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Embargo will expire: 11-Aug-2020 11:00 AM EDT Released to reporters: 7-Aug-2020 10:55 AM EDT

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Newswise: Florida Current is Weaker Now Than at Any Point in the Past Century
Released: 7-Aug-2020 10:50 AM EDT
Florida Current is Weaker Now Than at Any Point in the Past Century
Woods Hole Oceanographic Institution

A key component of the Gulf Stream has markedly slowed over the past century—that’s the conclusion of a new research paper in Nature Communications published on August 7.

Newswise: New Sugar-based Signature Identifies T Cells Where HIV Hides and Persists Despite Antiretroviral Therapy
Released: 7-Aug-2020 10:30 AM EDT
New Sugar-based Signature Identifies T Cells Where HIV Hides and Persists Despite Antiretroviral Therapy
Wistar Institute

Wistar scientists may have discovered a new way of identifying and targeting hidden HIV viral reservoirs during treatment with antiretroviral therapy (ART).

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Embargo will expire: 10-Aug-2020 6:00 AM EDT Released to reporters: 7-Aug-2020 10:05 AM EDT

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Released: 7-Aug-2020 9:50 AM EDT
New Zealand's Southern Alps glacier melt has doubled
University of Leeds

Glaciers in the Southern Alps of New Zealand have lost more ice mass since pre-industrial times than remains today, according to a new study.

Released: 7-Aug-2020 9:45 AM EDT
Potentially predictive humoral immune response markers in COVID-19 patients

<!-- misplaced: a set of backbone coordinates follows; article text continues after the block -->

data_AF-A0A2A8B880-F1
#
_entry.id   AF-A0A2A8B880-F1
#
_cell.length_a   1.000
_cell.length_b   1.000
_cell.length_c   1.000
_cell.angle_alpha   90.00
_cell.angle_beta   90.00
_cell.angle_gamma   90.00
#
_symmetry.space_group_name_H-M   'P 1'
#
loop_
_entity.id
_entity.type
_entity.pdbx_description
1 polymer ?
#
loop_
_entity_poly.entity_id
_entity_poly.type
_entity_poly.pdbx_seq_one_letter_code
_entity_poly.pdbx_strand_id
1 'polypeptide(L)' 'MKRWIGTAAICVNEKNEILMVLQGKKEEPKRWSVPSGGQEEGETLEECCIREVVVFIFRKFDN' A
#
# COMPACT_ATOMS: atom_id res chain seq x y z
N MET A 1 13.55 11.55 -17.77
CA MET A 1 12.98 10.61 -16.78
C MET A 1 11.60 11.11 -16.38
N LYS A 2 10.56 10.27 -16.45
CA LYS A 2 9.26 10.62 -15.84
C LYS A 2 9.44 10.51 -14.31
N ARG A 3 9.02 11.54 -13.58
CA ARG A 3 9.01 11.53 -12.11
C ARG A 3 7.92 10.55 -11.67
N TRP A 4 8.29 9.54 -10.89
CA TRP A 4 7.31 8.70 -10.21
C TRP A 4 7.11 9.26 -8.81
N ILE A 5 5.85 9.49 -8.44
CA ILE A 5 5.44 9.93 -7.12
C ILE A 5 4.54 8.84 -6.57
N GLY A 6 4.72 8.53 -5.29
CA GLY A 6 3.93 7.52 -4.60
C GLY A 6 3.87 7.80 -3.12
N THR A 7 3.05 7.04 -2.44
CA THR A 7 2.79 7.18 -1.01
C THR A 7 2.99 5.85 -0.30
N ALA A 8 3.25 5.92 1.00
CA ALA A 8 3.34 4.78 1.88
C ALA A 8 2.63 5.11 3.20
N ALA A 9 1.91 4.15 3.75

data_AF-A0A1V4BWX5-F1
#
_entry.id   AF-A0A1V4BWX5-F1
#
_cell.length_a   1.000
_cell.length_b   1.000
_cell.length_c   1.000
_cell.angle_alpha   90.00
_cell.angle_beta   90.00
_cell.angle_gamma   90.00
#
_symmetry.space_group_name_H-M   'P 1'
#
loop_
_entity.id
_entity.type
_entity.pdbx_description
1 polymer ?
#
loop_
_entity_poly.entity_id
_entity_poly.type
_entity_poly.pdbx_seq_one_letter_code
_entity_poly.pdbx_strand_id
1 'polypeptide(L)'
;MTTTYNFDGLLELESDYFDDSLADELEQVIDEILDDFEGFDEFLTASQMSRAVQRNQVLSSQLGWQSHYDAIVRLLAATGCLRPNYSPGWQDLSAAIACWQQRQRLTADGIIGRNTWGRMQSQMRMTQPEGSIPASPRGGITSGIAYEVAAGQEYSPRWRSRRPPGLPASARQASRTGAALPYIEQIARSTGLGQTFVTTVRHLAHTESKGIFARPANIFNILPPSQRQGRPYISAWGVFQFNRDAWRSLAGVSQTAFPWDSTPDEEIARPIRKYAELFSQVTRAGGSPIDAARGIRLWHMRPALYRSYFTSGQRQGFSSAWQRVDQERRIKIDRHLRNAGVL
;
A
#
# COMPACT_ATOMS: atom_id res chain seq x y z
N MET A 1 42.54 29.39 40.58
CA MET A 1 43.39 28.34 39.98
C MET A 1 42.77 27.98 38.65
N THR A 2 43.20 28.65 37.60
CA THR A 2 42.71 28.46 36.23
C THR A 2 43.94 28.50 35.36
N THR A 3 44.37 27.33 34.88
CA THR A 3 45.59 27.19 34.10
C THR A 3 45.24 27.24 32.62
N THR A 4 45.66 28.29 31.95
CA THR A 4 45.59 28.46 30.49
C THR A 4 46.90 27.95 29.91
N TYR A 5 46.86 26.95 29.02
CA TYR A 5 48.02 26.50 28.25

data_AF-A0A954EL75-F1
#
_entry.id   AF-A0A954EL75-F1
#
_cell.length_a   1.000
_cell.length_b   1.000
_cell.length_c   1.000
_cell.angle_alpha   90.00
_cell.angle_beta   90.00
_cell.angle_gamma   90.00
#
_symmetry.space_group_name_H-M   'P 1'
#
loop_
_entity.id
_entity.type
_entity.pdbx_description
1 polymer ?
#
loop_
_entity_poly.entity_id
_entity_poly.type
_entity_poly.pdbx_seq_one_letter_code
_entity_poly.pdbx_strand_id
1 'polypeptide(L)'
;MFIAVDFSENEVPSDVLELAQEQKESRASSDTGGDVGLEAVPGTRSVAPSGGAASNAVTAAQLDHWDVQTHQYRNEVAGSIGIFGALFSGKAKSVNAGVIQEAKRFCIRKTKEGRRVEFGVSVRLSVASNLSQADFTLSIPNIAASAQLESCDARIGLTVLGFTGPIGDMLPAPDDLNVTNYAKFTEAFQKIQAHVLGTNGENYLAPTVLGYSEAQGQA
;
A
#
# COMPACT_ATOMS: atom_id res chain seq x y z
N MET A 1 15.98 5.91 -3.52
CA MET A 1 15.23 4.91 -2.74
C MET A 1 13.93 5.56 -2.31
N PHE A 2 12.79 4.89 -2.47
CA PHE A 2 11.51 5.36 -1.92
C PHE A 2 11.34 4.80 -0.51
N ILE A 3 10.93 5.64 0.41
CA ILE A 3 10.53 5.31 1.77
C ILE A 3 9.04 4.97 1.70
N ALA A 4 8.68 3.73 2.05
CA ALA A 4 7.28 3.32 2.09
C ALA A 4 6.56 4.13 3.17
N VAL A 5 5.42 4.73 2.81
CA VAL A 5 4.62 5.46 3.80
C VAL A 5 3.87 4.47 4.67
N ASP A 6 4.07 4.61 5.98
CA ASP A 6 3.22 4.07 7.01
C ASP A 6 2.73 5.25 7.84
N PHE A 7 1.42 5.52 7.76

Massachusetts General Hospital

Galit Alter, PhD, Group Leader at the Ragon Institute of MGH, MIT and Harvard and Professor of Medicine at Harvard Medical School, and Helen Chu, MD, Associate Professor of Medicine, Division of Allergy and Infectious Diseases, University of Washington School of Medicine, and UW Medicine physician, have recently published a paper which identifies five immune response markers which, collectively, were able to correctly classify both convalescent COVID-19 patients and those who did not survive the disease

Released: 7-Aug-2020 9:45 AM EDT
Study finds parents can help kids eat healthier by knowing their own sense of self-control
University of Oregon

Young children naturally like sugar and salt in food and develop food preferences based on what their parents serve them, but new research suggests that how parents view self-regulation also is a contributing factor.

Released: 7-Aug-2020 9:00 AM EDT
ACSM Publishes Call to Action Addressing COVID-19 and Return to Sports and Physical Activity
American College of Sports Medicine (ACSM)

ACSM published a call to action statement addressing COVID-19 and safely returning to sports and exercise. Authored by ACSM subject matter experts, the statement highlights the current science around COVID-19 and provides 12 action steps to consider. “COVID-19: Considerations for Sports and Physical Activity” is ACSM’s first call to action statement and published in the August issue of Current Sports Medicine Reports.

Newswise: University of Miami Sports Medicine Institute expert leads call to action for harnessing exercise’s health benefits during the pandemic
7-Aug-2020 9:00 AM EDT
University of Miami Sports Medicine Institute expert leads call to action for harnessing exercise’s health benefits during the pandemic